In July, coal mining in Ukraine fell by almost 22% year-on-year because of the situation in the Donbass — up to 5.6 million mt. For the first seven months of the year, the mines in the Donetsk Oblast produced 20.2 million mt of coal; the Luhansk mine produced about 14 million mt. Luhansk and Donetsk Oblast account for 80% of all coal mining in Ukraine.

In June, coal mining enterprises of all forms of ownership decreased production by 6.5% year-on-year, or by 435,000 mt to 2.98 million mt, according to the country’s Ministry of Energy and Coal. Coking coal production decreased by 7.7% year-on-year, or 141,400 mt, to 1.7 million mt.

Experts also warn that actual figures don’t correspond to the real problems in coal mining as the most serious losses faced the illegal mines, which Ukrainians refer to as “Copanka.” According to various estimates, the share of illegal mining in the total structure of coal production may amount to as much as 30-40%.

“The volume of coal production in the Donbass has now reached a minimum level in the history of the region,” according to Vyacheslav Il’yashenko, researcher at the Institute of Economics of the National Academy of Science of Ukraine. “The situation in the energy sector can be very severe.” According to him, the level of coal production in the Donets Basin fell by 50-70% taking into account the production at Copankas.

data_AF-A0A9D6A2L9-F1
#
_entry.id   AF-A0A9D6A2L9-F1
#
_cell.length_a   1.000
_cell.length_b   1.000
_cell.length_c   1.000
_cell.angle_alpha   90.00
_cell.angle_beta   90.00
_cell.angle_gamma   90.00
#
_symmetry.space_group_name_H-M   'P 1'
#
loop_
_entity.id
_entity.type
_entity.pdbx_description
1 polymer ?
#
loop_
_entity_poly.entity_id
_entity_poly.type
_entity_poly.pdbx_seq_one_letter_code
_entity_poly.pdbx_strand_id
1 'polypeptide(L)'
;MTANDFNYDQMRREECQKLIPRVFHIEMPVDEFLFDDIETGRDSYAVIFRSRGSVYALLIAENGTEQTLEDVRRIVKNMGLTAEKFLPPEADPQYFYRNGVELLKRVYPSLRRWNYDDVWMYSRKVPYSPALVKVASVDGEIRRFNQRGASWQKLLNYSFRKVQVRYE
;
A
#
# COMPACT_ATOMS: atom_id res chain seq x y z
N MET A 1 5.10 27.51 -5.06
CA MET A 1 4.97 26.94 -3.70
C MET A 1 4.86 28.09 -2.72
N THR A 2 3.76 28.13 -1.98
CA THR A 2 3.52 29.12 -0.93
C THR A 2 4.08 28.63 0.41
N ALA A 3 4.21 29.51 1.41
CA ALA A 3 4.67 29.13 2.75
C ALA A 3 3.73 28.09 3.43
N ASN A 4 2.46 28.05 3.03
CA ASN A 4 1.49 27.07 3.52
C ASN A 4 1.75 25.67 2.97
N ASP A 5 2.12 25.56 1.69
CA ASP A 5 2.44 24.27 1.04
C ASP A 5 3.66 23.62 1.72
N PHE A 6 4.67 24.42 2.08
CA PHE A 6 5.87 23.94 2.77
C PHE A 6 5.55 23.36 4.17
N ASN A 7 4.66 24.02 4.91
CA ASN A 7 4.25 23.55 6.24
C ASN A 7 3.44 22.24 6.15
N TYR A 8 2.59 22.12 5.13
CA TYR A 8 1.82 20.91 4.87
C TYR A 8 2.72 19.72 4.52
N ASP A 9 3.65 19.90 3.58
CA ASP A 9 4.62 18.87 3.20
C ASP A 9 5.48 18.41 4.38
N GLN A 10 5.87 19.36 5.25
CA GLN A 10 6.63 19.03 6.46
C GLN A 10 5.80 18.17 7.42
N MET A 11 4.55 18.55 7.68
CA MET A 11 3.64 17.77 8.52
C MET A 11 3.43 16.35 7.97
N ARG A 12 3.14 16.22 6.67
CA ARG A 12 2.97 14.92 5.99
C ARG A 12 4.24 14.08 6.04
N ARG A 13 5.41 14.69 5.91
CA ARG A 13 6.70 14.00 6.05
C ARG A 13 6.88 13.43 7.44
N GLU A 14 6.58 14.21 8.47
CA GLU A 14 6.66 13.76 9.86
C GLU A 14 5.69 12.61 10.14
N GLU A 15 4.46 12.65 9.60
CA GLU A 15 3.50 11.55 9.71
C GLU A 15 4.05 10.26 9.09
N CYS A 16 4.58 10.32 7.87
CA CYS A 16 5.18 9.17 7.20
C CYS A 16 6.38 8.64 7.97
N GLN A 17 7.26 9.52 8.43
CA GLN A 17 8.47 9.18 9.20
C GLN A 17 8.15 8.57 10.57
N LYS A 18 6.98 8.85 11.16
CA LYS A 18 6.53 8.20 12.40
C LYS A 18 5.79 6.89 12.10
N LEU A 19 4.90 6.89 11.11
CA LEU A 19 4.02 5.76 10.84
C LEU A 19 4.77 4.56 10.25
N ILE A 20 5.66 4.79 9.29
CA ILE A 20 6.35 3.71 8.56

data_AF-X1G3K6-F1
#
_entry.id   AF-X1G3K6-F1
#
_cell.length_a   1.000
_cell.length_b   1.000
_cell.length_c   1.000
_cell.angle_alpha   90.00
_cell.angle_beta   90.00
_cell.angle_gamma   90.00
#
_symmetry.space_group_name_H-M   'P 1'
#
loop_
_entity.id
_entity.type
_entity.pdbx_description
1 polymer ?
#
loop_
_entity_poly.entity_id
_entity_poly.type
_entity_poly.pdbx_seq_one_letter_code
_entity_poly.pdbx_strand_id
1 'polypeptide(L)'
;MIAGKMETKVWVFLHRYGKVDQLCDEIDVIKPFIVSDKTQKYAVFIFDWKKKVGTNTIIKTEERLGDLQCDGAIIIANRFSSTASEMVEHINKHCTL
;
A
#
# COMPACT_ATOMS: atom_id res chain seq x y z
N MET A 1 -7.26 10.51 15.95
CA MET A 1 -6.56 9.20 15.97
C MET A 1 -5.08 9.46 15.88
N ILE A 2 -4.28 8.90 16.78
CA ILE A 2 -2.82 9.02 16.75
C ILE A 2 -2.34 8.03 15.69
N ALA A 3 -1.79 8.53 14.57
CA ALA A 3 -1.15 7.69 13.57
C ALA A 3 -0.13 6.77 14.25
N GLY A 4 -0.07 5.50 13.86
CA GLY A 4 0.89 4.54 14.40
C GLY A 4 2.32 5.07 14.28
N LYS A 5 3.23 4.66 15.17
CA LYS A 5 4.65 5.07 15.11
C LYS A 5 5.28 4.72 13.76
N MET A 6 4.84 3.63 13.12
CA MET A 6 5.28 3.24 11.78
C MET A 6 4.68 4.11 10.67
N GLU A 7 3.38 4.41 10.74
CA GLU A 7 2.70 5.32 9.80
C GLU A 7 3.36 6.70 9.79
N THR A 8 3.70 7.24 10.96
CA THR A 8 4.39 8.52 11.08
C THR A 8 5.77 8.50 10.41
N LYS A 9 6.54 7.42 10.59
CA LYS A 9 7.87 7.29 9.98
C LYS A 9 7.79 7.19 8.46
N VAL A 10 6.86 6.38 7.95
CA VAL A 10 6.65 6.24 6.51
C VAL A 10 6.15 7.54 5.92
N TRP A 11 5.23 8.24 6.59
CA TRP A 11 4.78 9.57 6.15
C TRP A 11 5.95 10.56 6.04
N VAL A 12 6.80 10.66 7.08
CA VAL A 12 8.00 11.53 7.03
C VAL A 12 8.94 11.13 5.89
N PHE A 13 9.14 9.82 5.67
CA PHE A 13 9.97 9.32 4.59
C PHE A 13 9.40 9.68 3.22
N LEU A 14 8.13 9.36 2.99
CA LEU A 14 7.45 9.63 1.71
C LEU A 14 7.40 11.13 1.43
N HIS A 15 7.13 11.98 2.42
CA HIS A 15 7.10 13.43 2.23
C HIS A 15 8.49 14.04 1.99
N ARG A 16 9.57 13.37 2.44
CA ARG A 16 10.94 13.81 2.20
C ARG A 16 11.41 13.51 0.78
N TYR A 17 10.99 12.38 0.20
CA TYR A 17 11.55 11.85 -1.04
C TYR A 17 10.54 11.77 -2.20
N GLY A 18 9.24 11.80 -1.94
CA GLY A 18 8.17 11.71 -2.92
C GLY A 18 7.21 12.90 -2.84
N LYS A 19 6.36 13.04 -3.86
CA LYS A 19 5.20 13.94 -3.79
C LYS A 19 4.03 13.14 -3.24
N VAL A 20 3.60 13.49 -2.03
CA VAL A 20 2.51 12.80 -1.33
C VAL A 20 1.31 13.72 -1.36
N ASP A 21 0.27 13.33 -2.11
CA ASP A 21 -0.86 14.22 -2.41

“In Donetsk, all mining has stopped. It is impossible to work under current conditions. The situation is killing the Donbass coal industry — there is no energy, no fuel and the mines so far are preserved,” said Mikhail Krylov, chairman of the Donetsk Independent Miners’ Union.

In addition, the stocks of coal in the TPP are getting lower; coal stocks in warehouses of TTP fell by 12.6% in July to 449,000 mt, compare to the June level and at the beginning of August amounted to 3.1 million mt. “The reserves of the TPP are getting lower. The current reserves will last for only about a couple of weeks,” said Pikin.

CEO of DTEK Maxim Timchenko also added, “The current coal reserves at the stations will last for about a month, but because of the fighting it is impossible to replenish them.”

“To date, remaining coal stocks are at catastrophic levels. They are not even enough to provide electricity to the social sphere. In addition, there are alarming signals from the Donbass that most of the mines, where the coal is mined, before the heating season will not be able to provide sufficient volume in the absence of normal operating conditions,” said Vladimir Olejnik, a Ukraine Parliamentarian, in the group for peace and stability.

Ukraine’s Energy Minister Yuri Prodan said Ukraine may ban coal exports.
As Ukraine’s military engages separatists (above), the country considers coal imports. Imports from Russia are not on the table.

Ukraine Will Have to Import Coal
To avoid energy collapse, the Ukrainian authorities have only one way out: to begin importing coal. “Ukraine will have to look for another coal source and alternate transportation corridors for its delivery to the power stations. There are no problems with coal in the world, there is even a surplus, so the price is appropriate,” said Pikin.